Tuesday, December 19, 2017

Book Review: 'One Year' by Mary McDonough


One Year sets emotions skittering about in all directions.
A family, of intelligent, industrious people ruled by an unbending matriarch in a small town with lots of history, lures the reader. I found myself reading just one more chapter then just one more and on and on, as I empathized with the characters, even the ones I wanted to “tell a few home truths to.”
Mary Bernadette Fitzgibbon, now past seventy, lives in a time warp and seems to have walled off her heart. Her stern, uncompromising influence on her family and the town of Oliver’s Well, where she heads up the Oliver’s Well Historical Association, permeates the story. Her husband Paddy, while not often seen, has a unique strength to be admired.
P. J., Mary Bernadette’s grandson, and his new wife Alexis live in the cottage near the grandparents and P. J. runs the family business. This young couple’s relationship hits some scary spots as they learn how to deal with the domineering matriarch. How I wanted to give that young man a good talking-to about the wedding vow he made in the church.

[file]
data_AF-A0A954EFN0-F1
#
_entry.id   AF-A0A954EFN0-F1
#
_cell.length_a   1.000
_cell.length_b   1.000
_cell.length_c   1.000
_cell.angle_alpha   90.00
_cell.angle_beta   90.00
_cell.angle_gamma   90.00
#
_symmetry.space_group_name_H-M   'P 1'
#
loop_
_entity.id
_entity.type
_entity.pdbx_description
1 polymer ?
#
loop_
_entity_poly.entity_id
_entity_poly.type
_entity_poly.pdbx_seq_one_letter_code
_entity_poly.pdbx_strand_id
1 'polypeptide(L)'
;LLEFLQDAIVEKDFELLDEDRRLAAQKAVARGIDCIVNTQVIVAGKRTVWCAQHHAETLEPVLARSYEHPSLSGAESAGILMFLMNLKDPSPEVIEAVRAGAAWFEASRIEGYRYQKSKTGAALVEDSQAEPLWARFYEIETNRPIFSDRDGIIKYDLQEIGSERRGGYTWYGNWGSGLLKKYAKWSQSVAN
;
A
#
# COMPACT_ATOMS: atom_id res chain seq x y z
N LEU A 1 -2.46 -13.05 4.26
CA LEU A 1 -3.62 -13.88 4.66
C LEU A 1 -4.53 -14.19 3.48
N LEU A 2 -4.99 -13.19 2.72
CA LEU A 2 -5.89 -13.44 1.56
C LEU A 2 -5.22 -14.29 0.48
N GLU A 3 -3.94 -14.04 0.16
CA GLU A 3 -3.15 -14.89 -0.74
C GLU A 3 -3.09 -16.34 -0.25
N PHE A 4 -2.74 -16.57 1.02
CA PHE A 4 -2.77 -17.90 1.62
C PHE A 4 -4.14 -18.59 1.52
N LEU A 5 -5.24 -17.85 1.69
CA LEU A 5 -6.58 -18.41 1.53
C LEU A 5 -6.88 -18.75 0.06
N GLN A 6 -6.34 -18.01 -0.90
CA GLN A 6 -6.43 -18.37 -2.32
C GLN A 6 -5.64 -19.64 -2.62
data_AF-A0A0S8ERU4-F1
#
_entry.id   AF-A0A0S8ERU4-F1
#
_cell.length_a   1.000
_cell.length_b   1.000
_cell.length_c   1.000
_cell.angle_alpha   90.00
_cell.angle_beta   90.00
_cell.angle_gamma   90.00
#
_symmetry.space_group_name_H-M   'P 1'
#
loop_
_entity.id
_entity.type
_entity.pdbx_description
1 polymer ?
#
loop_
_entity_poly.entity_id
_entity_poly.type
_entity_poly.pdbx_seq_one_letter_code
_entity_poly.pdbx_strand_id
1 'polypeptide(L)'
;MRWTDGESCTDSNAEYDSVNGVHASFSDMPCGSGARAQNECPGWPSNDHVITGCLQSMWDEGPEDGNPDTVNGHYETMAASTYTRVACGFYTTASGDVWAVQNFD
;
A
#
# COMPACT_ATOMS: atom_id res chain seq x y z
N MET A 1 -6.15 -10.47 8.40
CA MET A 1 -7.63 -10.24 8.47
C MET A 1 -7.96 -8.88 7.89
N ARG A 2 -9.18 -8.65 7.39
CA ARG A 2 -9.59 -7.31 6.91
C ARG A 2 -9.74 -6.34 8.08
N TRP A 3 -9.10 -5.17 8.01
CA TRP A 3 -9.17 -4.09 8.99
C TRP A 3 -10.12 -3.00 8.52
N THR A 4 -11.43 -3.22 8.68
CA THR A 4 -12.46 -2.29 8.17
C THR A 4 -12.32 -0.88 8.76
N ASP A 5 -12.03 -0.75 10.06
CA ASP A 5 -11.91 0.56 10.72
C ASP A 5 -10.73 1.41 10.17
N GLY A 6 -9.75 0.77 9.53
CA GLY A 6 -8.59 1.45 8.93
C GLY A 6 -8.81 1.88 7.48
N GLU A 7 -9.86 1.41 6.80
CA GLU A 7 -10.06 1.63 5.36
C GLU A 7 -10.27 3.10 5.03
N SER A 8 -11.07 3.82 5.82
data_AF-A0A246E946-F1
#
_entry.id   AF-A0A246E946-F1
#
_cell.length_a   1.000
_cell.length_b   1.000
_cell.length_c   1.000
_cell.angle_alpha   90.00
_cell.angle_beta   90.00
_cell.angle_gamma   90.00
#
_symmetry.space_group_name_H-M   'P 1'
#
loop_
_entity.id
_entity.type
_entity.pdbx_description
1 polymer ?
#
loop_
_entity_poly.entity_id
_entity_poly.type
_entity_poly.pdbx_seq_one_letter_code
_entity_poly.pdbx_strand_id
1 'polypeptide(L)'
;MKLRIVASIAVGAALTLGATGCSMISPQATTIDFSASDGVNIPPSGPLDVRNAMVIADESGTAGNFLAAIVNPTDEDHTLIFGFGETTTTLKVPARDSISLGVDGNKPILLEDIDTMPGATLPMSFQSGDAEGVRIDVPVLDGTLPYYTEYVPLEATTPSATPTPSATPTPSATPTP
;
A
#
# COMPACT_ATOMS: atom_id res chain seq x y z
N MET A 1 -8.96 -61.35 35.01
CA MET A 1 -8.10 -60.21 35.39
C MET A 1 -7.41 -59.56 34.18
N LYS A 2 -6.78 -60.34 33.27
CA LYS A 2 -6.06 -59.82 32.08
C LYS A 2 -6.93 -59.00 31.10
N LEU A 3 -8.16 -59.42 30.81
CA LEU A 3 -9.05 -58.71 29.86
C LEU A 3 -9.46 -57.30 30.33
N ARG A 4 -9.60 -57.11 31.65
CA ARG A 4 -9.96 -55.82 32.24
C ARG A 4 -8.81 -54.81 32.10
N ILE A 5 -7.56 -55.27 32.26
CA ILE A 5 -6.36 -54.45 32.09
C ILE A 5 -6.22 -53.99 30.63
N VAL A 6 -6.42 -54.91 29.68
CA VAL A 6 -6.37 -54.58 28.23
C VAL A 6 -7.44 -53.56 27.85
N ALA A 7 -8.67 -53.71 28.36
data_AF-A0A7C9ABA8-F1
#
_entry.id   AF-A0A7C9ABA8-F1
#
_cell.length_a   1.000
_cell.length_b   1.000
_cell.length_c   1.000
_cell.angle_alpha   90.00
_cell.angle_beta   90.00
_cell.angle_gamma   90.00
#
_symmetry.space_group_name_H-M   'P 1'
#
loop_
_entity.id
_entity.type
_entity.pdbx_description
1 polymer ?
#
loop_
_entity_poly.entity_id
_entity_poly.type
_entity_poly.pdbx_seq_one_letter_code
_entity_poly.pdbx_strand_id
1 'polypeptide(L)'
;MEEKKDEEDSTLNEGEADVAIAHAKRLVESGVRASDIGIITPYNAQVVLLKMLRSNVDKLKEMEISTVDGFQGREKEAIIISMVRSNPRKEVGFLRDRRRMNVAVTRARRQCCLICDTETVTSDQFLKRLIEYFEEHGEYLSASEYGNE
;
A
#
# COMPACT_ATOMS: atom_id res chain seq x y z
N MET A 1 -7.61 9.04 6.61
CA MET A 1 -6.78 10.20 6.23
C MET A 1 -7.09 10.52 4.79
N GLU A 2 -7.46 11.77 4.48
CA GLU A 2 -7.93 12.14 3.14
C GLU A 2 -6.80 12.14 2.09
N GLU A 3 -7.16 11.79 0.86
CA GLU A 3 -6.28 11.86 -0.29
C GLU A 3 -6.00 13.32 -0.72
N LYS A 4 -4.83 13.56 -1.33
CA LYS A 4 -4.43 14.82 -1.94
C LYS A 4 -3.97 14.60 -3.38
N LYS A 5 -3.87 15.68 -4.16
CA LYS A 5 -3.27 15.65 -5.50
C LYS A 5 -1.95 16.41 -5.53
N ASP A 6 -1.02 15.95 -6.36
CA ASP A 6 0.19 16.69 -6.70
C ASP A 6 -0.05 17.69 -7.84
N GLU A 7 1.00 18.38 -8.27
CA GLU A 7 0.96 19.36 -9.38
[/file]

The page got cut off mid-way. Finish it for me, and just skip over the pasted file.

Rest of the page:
Grace and Pat, the children of Mary Bernadette and Paddy, deal with their mother in different styles, but each of them is woven into the story in a way that makes them seems so like living, breathing humans who struggle mightily to stay connected to family.
Megan, Pat’s wife, is different. Her quiet, never-give-up strength is like a golden thread running through the story. She relies on “make me an instrument of peace” to find her center when the going gets rough, but she made me laugh once at a stressful time, when she said to herself “I’m going to kill her if she dies.” Her courage inspires.
The Seven Deadly Sins rear their ugly heads and get stomped down from time to time, while Wynston Meadows, a wealth newcomer to Oliver’s Well, proves to be a lot harder to stomp. How he is dealt with creates more than a little anxiety.
William, whom I’ll let you find out about, is like the elephant-in-the-room throughout the unfolding of the story, probably a lesson to be learned here.
Mary McDonough creates a memorable story that is written in a charming style that keeps the reader in the middle of the action.

Editor's note: This article was originally published at Long and Short ReviewsIt has been republished with permission. Like what you read? Subscribe to the SFRB's free daily email notice so you can be up-to-date on our latest articles. Scroll up this page to the sign-up field on your right.

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